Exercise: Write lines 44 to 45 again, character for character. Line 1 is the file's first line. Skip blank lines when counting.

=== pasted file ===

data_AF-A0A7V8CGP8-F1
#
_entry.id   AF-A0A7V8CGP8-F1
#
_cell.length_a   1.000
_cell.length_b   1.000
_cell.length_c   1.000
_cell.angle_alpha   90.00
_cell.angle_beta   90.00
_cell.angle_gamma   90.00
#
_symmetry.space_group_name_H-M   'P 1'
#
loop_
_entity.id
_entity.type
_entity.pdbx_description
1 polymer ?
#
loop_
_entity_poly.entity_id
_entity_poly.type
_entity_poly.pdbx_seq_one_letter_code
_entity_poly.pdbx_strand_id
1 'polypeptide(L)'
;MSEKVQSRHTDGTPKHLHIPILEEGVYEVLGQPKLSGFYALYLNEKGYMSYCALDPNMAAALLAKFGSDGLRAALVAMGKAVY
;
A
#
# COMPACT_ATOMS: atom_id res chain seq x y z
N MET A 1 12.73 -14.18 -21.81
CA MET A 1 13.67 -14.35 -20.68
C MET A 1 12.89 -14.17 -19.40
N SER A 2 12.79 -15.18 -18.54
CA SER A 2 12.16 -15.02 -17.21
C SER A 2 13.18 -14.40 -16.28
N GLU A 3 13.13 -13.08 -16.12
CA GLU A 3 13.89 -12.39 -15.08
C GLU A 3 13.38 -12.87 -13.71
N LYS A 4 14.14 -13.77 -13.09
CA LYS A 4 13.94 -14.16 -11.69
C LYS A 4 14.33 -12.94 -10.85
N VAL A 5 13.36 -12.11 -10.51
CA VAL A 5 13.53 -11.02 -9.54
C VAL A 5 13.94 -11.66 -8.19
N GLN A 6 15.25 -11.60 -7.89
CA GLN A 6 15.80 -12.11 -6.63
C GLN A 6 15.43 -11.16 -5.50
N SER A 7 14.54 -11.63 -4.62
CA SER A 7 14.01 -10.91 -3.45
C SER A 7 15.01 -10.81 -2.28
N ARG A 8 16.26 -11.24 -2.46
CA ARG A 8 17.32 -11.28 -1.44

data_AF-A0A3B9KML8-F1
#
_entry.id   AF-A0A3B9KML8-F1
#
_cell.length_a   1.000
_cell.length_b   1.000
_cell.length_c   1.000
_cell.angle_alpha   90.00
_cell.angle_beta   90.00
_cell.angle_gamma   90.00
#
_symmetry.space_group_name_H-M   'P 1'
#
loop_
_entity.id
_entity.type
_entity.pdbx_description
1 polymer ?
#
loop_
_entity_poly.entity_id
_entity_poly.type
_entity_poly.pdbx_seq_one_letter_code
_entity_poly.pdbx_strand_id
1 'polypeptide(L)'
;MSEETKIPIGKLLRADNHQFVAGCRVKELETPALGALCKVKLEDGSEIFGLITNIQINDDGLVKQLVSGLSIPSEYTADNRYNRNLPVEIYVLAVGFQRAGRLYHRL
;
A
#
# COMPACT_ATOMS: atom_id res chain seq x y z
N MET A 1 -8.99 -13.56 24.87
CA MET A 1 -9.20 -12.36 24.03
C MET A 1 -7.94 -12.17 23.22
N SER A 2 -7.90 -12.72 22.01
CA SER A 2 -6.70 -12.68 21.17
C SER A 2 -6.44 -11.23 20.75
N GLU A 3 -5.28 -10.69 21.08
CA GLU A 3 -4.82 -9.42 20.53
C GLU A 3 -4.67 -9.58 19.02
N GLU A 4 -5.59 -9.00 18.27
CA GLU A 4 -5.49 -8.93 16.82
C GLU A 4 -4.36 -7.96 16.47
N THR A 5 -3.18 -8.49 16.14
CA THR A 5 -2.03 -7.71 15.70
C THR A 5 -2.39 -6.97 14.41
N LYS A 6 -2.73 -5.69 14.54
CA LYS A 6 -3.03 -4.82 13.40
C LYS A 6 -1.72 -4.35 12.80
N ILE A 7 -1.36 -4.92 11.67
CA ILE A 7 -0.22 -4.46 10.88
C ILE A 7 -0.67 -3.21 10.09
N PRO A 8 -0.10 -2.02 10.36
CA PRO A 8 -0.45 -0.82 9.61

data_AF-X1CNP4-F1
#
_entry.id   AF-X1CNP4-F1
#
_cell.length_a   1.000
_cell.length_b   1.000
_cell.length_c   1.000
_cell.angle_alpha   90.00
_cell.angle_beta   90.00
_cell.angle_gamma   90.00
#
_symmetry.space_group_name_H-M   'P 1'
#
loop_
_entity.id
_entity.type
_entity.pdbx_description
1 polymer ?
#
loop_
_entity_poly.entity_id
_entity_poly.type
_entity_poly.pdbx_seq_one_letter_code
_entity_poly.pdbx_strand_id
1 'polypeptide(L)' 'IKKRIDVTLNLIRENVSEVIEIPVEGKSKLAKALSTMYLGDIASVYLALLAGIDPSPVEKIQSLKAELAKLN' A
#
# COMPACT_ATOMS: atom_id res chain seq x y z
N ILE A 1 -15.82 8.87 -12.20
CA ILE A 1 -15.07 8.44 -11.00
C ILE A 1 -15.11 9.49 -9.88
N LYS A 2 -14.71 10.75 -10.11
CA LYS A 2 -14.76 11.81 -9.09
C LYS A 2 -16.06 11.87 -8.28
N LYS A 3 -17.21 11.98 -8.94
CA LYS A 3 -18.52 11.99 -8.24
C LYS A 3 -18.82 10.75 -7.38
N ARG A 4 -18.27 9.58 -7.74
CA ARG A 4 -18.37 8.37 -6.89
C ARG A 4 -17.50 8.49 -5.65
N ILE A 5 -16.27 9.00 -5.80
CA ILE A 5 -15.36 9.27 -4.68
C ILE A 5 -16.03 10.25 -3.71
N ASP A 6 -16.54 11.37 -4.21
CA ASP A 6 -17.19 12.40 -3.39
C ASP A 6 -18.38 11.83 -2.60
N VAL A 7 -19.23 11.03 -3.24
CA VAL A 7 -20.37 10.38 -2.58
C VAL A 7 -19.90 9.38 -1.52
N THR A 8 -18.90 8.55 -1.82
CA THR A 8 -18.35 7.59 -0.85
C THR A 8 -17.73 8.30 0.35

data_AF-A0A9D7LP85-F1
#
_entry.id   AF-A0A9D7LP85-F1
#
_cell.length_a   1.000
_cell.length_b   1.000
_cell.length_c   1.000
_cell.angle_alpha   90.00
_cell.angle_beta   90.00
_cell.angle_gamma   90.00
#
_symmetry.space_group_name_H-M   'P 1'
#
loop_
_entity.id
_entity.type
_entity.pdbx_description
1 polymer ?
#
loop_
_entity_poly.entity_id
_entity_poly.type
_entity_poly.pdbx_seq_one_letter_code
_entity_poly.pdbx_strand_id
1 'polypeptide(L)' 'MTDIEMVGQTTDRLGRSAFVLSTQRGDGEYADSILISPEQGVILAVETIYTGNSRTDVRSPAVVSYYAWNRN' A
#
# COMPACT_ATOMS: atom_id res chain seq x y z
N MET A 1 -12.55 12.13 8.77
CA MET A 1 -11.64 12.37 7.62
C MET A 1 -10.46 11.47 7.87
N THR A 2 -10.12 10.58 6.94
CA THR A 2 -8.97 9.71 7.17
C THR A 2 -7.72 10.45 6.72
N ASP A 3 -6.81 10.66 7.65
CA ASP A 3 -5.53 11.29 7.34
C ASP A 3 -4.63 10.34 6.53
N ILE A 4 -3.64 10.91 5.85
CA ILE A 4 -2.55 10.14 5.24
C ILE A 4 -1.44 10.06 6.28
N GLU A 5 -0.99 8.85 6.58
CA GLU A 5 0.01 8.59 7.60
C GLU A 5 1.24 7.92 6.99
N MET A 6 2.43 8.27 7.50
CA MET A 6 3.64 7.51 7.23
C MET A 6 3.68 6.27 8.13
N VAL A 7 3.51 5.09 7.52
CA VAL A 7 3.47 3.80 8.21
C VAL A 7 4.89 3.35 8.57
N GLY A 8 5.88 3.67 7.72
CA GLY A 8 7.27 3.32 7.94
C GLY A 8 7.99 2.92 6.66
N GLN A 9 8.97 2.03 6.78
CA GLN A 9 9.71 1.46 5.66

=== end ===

CA VAL A 5 13.53 -11.02 -9.54
C VAL A 5 13.94 -11.66 -8.19